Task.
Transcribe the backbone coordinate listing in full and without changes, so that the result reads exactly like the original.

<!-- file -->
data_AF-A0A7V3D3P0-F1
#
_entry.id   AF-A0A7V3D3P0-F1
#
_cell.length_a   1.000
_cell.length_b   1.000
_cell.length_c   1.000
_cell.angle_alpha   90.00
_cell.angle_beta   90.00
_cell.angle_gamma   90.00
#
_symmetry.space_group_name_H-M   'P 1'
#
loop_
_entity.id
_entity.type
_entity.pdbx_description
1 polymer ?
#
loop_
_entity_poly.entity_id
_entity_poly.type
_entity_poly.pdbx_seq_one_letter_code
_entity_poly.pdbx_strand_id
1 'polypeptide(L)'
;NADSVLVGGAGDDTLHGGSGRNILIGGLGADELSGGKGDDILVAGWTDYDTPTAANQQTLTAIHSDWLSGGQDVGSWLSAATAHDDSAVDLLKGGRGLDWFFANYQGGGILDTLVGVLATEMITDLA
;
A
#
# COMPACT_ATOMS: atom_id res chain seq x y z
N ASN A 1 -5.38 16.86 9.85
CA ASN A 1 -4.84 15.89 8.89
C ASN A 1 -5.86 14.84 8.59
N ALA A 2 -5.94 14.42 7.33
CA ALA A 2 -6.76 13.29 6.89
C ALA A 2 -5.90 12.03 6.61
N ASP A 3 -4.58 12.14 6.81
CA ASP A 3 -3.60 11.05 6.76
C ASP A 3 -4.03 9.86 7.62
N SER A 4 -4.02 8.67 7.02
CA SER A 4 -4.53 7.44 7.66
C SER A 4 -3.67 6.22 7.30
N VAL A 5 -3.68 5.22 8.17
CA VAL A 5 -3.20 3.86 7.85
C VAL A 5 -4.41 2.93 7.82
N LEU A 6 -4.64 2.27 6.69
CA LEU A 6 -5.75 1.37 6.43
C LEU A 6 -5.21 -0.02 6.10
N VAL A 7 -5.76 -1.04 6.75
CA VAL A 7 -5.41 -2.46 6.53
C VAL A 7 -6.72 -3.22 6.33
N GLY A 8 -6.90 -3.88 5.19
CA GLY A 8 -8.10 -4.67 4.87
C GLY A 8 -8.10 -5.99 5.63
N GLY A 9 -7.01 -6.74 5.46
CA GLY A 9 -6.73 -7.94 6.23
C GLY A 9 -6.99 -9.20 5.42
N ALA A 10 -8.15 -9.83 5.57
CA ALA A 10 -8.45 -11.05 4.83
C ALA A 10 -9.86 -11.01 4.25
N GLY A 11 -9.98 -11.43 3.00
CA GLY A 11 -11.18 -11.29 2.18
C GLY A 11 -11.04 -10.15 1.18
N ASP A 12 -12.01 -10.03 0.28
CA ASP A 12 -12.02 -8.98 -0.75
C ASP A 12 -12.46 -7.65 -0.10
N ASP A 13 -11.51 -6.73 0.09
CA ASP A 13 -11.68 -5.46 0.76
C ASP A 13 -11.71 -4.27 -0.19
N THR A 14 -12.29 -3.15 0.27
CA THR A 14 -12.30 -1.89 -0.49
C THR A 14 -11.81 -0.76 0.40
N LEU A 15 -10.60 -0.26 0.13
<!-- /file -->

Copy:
data_AF-A0A7V3D3P0-F1
#
_entry.id   AF-A0A7V3D3P0-F1
#
_cell.length_a   1.000
_cell.length_b   1.000
_cell.length_c   1.000
_cell.angle_alpha   90.00
_cell.angle_beta   90.00
_cell.angle_gamma   90.00
#
_symmetry.space_group_name_H-M   'P 1'
#
loop_
_entity.id
_entity.type
_entity.pdbx_description
1 polymer ?
#
loop_
_entity_poly.entity_id
_entity_poly.type
_entity_poly.pdbx_seq_one_letter_code
_entity_poly.pdbx_strand_id
1 'polypeptide(L)'
;NADSVLVGGAGDDTLHGGSGRNILIGGLGADELSGGKGDDILVAGWTDYDTPTAANQQTLTAIHSDWLSGGQDVGSWLSAATAHDDSAVDLLKGGRGLDWFFANYQGGGILDTLVGVLATEMITDLA
;
A
#
# COMPACT_ATOMS: atom_id res chain seq x y z
N ASN A 1 -5.38 16.86 9.85
CA ASN A 1 -4.84 15.89 8.89
C ASN A 1 -5.86 14.84 8.59
N ALA A 2 -5.94 14.42 7.33
CA ALA A 2 -6.76 13.29 6.89
C ALA A 2 -5.90 12.03 6.61
N ASP A 3 -4.58 12.14 6.81
CA ASP A 3 -3.60 11.05 6.76
C ASP A 3 -4.03 9.86 7.62
N SER A 4 -4.02 8.67 7.02
CA SER A 4 -4.53 7.44 7.66
C SER A 4 -3.67 6.22 7.30
N VAL A 5 -3.68 5.22 8.17
CA VAL A 5 -3.20 3.86 7.85
C VAL A 5 -4.41 2.93 7.82
N LEU A 6 -4.64 2.27 6.69
CA LEU A 6 -5.75 1.37 6.43
C LEU A 6 -5.21 -0.02 6.10
N VAL A 7 -5.76 -1.04 6.75
CA VAL A 7 -5.41 -2.46 6.53
C VAL A 7 -6.72 -3.22 6.33
N GLY A 8 -6.90 -3.88 5.19
CA GLY A 8 -8.10 -4.67 4.87
C GLY A 8 -8.10 -5.99 5.63
N GLY A 9 -7.01 -6.74 5.46
CA GLY A 9 -6.73 -7.94 6.23
C GLY A 9 -6.99 -9.20 5.42
N ALA A 10 -8.15 -9.83 5.57
CA ALA A 10 -8.45 -11.05 4.83
C ALA A 10 -9.86 -11.01 4.25
N GLY A 11 -9.98 -11.43 3.00
CA GLY A 11 -11.18 -11.29 2.18
C GLY A 11 -11.04 -10.15 1.18
N ASP A 12 -12.01 -10.03 0.28
CA ASP A 12 -12.02 -8.98 -0.75
C ASP A 12 -12.46 -7.65 -0.10
N ASP A 13 -11.51 -6.73 0.09
CA ASP A 13 -11.68 -5.46 0.76
C ASP A 13 -11.71 -4.27 -0.19
N THR A 14 -12.29 -3.15 0.27
CA THR A 14 -12.30 -1.89 -0.49
C THR A 14 -11.81 -0.76 0.40
N LEU A 15 -10.60 -0.26 0.13